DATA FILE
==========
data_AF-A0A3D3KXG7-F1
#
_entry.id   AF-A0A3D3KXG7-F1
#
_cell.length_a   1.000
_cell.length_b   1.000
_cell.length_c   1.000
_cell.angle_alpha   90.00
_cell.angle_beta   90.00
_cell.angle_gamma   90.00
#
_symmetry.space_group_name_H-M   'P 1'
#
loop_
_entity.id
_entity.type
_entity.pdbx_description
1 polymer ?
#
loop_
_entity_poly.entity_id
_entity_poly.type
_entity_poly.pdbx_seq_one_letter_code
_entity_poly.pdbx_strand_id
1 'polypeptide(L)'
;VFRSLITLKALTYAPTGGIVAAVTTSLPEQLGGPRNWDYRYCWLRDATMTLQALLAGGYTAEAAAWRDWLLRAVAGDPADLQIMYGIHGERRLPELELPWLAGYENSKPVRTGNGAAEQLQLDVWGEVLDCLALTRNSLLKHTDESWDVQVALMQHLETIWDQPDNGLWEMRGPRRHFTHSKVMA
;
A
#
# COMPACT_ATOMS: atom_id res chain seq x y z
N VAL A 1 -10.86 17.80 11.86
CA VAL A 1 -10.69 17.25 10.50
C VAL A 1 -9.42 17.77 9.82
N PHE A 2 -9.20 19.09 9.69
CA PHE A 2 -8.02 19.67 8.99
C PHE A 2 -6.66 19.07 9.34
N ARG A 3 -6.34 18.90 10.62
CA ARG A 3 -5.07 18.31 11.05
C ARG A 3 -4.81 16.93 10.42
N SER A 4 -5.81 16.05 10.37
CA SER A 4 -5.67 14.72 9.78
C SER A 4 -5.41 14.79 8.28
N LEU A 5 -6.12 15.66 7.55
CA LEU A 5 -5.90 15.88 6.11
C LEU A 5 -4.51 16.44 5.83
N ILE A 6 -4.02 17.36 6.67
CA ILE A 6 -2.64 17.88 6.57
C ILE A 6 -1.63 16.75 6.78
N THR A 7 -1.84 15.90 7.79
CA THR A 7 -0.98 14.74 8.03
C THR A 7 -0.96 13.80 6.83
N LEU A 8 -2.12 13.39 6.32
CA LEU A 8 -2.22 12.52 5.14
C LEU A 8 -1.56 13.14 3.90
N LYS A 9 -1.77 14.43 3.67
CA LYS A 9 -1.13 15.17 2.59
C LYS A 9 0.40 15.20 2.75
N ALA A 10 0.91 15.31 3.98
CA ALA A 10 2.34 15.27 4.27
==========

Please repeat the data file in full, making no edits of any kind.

data_AF-A0A3D3KXG7-F1
#
_entry.id   AF-A0A3D3KXG7-F1
#
_cell.length_a   1.000
_cell.length_b   1.000
_cell.length_c   1.000
_cell.angle_alpha   90.00
_cell.angle_beta   90.00
_cell.angle_gamma   90.00
#
_symmetry.space_group_name_H-M   'P 1'
#
loop_
_entity.id
_entity.type
_entity.pdbx_description
1 polymer ?
#
loop_
_entity_poly.entity_id
_entity_poly.type
_entity_poly.pdbx_seq_one_letter_code
_entity_poly.pdbx_strand_id
1 'polypeptide(L)'
;VFRSLITLKALTYAPTGGIVAAVTTSLPEQLGGPRNWDYRYCWLRDATMTLQALLAGGYTAEAAAWRDWLLRAVAGDPADLQIMYGIHGERRLPELELPWLAGYENSKPVRTGNGAAEQLQLDVWGEVLDCLALTRNSLLKHTDESWDVQVALMQHLETIWDQPDNGLWEMRGPRRHFTHSKVMA
;
A
#
# COMPACT_ATOMS: atom_id res chain seq x y z
N VAL A 1 -10.86 17.80 11.86
CA VAL A 1 -10.69 17.25 10.50
C VAL A 1 -9.42 17.77 9.82
N PHE A 2 -9.20 19.09 9.69
CA PHE A 2 -8.02 19.67 8.99
C PHE A 2 -6.66 19.07 9.34
N ARG A 3 -6.34 18.90 10.62
CA ARG A 3 -5.07 18.31 11.05
C ARG A 3 -4.81 16.93 10.42
N SER A 4 -5.81 16.05 10.37
CA SER A 4 -5.67 14.72 9.78
C SER A 4 -5.41 14.79 8.28
N LEU A 5 -6.12 15.66 7.55
CA LEU A 5 -5.90 15.88 6.11
C LEU A 5 -4.51 16.44 5.83
N ILE A 6 -4.02 17.36 6.67
CA ILE A 6 -2.64 17.88 6.57
C ILE A 6 -1.63 16.75 6.78
N THR A 7 -1.84 15.90 7.79
CA THR A 7 -0.98 14.74 8.03
C THR A 7 -0.96 13.80 6.83
N LEU A 8 -2.12 13.39 6.32
CA LEU A 8 -2.22 12.52 5.14
C LEU A 8 -1.56 13.14 3.90
N LYS A 9 -1.77 14.43 3.67
CA LYS A 9 -1.13 15.17 2.59
C LYS A 9 0.40 15.20 2.75
N ALA A 10 0.91 15.31 3.98
CA ALA A 10 2.34 15.27 4.27